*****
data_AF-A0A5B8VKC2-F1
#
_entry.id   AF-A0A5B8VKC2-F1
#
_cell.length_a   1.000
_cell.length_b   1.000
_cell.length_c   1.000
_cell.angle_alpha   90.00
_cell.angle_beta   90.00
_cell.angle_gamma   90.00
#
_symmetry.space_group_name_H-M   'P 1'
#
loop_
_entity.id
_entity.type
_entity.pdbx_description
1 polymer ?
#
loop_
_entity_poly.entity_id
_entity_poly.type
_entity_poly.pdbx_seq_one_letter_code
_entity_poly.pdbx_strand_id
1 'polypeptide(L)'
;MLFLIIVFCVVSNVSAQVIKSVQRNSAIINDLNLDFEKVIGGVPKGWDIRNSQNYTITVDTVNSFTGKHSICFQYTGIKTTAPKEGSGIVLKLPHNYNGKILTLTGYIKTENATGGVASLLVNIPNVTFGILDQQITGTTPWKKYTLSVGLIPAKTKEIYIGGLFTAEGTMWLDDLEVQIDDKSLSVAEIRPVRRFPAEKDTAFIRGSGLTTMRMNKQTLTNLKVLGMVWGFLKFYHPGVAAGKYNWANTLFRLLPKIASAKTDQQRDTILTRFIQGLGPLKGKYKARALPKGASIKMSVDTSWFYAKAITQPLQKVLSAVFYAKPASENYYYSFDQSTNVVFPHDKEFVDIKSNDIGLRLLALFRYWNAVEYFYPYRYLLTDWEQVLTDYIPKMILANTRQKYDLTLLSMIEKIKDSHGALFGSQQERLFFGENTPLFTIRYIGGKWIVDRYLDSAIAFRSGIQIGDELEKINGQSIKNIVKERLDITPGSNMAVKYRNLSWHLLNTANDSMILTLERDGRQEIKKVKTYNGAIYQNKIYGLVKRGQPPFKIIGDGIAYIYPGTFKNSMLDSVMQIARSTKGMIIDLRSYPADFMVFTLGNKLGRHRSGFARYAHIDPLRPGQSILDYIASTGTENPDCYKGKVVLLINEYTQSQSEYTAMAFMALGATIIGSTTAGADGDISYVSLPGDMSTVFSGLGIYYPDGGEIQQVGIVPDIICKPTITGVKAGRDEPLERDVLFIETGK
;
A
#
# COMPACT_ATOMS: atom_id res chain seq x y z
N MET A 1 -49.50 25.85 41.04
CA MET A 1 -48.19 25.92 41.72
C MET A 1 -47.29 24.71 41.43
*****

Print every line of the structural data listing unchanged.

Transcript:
data_AF-A0A5B8VKC2-F1
#
_entry.id   AF-A0A5B8VKC2-F1
#
_cell.length_a   1.000
_cell.length_b   1.000
_cell.length_c   1.000
_cell.angle_alpha   90.00
_cell.angle_beta   90.00
_cell.angle_gamma   90.00
#
_symmetry.space_group_name_H-M   'P 1'
#
loop_
_entity.id
_entity.type
_entity.pdbx_description
1 polymer ?
#
loop_
_entity_poly.entity_id
_entity_poly.type
_entity_poly.pdbx_seq_one_letter_code
_entity_poly.pdbx_strand_id
1 'polypeptide(L)'
;MLFLIIVFCVVSNVSAQVIKSVQRNSAIINDLNLDFEKVIGGVPKGWDIRNSQNYTITVDTVNSFTGKHSICFQYTGIKTTAPKEGSGIVLKLPHNYNGKILTLTGYIKTENATGGVASLLVNIPNVTFGILDQQITGTTPWKKYTLSVGLIPAKTKEIYIGGLFTAEGTMWLDDLEVQIDDKSLSVAEIRPVRRFPAEKDTAFIRGSGLTTMRMNKQTLTNLKVLGMVWGFLKFYHPGVAAGKYNWANTLFRLLPKIASAKTDQQRDTILTRFIQGLGPLKGKYKARALPKGASIKMSVDTSWFYAKAITQPLQKVLSAVFYAKPASENYYYSFDQSTNVVFPHDKEFVDIKSNDIGLRLLALFRYWNAVEYFYPYRYLLTDWEQVLTDYIPKMILANTRQKYDLTLLSMIEKIKDSHGALFGSQQERLFFGENTPLFTIRYIGGKWIVDRYLDSAIAFRSGIQIGDELEKINGQSIKNIVKERLDITPGSNMAVKYRNLSWHLLNTANDSMILTLERDGRQEIKKVKTYNGAIYQNKIYGLVKRGQPPFKIIGDGIAYIYPGTFKNSMLDSVMQIARSTKGMIIDLRSYPADFMVFTLGNKLGRHRSGFARYAHIDPLRPGQSILDYIASTGTENPDCYKGKVVLLINEYTQSQSEYTAMAFMALGATIIGSTTAGADGDISYVSLPGDMSTVFSGLGIYYPDGGEIQQVGIVPDIICKPTITGVKAGRDEPLERDVLFIETGK
;
A
#
# COMPACT_ATOMS: atom_id res chain seq x y z
N MET A 1 -49.50 25.85 41.04
CA MET A 1 -48.19 25.92 41.72
C MET A 1 -47.29 24.71 41.43